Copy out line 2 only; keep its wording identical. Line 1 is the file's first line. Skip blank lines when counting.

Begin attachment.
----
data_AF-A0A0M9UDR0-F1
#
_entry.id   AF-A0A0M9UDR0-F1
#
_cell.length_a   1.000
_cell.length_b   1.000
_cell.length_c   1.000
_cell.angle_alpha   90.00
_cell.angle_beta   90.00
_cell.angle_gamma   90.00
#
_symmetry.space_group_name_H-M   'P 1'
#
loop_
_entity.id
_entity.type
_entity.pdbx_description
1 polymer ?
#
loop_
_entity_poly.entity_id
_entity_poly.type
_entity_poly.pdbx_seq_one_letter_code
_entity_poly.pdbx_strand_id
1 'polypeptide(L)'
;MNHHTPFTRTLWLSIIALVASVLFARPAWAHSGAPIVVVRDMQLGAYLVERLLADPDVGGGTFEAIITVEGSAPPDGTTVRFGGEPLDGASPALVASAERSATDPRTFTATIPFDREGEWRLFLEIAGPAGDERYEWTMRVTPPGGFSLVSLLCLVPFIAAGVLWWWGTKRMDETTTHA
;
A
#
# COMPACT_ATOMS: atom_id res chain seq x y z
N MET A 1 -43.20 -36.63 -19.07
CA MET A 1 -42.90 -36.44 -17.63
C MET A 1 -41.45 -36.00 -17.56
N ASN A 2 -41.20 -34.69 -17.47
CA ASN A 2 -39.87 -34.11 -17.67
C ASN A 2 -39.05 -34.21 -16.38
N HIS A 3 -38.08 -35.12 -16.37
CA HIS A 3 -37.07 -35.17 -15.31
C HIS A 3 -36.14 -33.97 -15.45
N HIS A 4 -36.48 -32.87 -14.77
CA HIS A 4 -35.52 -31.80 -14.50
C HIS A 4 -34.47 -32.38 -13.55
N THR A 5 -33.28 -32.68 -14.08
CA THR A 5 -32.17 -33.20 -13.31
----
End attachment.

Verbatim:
#